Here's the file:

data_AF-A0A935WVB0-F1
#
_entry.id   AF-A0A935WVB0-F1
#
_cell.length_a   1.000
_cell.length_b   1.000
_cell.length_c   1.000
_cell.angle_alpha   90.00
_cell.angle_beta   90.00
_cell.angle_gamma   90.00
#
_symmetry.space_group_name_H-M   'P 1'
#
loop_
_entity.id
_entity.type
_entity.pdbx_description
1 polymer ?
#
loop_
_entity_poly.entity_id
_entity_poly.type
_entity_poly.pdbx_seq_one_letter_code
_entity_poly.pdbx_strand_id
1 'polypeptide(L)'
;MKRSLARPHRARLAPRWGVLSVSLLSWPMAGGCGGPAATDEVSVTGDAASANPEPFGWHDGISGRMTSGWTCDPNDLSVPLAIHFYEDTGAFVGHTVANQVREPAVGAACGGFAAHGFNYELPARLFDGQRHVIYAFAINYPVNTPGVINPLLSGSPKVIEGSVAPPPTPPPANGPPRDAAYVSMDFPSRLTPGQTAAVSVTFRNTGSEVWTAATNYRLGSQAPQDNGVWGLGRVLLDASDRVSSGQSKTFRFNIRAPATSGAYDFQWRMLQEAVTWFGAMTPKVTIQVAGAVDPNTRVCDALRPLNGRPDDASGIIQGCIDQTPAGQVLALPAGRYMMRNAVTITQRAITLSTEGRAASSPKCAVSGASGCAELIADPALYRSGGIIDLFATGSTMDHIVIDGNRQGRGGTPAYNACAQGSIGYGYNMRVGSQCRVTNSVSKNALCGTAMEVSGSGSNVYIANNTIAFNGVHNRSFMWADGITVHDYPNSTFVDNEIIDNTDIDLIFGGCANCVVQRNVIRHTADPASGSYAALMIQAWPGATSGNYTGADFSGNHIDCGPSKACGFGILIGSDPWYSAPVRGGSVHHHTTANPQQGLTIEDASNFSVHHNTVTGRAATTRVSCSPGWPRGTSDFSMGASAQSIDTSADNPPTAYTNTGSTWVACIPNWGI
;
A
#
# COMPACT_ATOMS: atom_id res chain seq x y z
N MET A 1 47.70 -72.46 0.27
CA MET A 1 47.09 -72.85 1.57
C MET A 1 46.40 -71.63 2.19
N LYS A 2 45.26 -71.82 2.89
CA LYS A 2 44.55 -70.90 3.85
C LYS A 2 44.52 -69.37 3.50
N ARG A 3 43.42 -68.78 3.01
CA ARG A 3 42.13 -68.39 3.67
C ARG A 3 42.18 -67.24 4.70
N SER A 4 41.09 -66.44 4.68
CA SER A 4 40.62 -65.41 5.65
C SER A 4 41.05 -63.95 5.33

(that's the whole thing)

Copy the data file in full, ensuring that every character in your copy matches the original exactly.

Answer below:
data_AF-A0A935WVB0-F1
#
_entry.id   AF-A0A935WVB0-F1
#
_cell.length_a   1.000
_cell.length_b   1.000
_cell.length_c   1.000
_cell.angle_alpha   90.00
_cell.angle_beta   90.00
_cell.angle_gamma   90.00
#
_symmetry.space_group_name_H-M   'P 1'
#
loop_
_entity.id
_entity.type
_entity.pdbx_description
1 polymer ?
#
loop_
_entity_poly.entity_id
_entity_poly.type
_entity_poly.pdbx_seq_one_letter_code
_entity_poly.pdbx_strand_id
1 'polypeptide(L)'
;MKRSLARPHRARLAPRWGVLSVSLLSWPMAGGCGGPAATDEVSVTGDAASANPEPFGWHDGISGRMTSGWTCDPNDLSVPLAIHFYEDTGAFVGHTVANQVREPAVGAACGGFAAHGFNYELPARLFDGQRHVIYAFAINYPVNTPGVINPLLSGSPKVIEGSVAPPPTPPPANGPPRDAAYVSMDFPSRLTPGQTAAVSVTFRNTGSEVWTAATNYRLGSQAPQDNGVWGLGRVLLDASDRVSSGQSKTFRFNIRAPATSGAYDFQWRMLQEAVTWFGAMTPKVTIQVAGAVDPNTRVCDALRPLNGRPDDASGIIQGCIDQTPAGQVLALPAGRYMMRNAVTITQRAITLSTEGRAASSPKCAVSGASGCAELIADPALYRSGGIIDLFATGSTMDHIVIDGNRQGRGGTPAYNACAQGSIGYGYNMRVGSQCRVTNSVSKNALCGTAMEVSGSGSNVYIANNTIAFNGVHNRSFMWADGITVHDYPNSTFVDNEIIDNTDIDLIFGGCANCVVQRNVIRHTADPASGSYAALMIQAWPGATSGNYTGADFSGNHIDCGPSKACGFGILIGSDPWYSAPVRGGSVHHHTTANPQQGLTIEDASNFSVHHNTVTGRAATTRVSCSPGWPRGTSDFSMGASAQSIDTSADNPPTAYTNTGSTWVACIPNWGI
;
A
#
# COMPACT_ATOMS: atom_id res chain seq x y z
N MET A 1 47.70 -72.46 0.27
CA MET A 1 47.09 -72.85 1.57
C MET A 1 46.40 -71.63 2.19
N LYS A 2 45.26 -71.82 2.89
CA LYS A 2 44.55 -70.90 3.85
C LYS A 2 44.52 -69.37 3.50
N ARG A 3 43.42 -68.78 3.01
CA ARG A 3 42.13 -68.39 3.67
C ARG A 3 42.18 -67.24 4.70
N SER A 4 41.09 -66.44 4.68
CA SER A 4 40.62 -65.41 5.65
C SER A 4 41.05 -63.95 5.33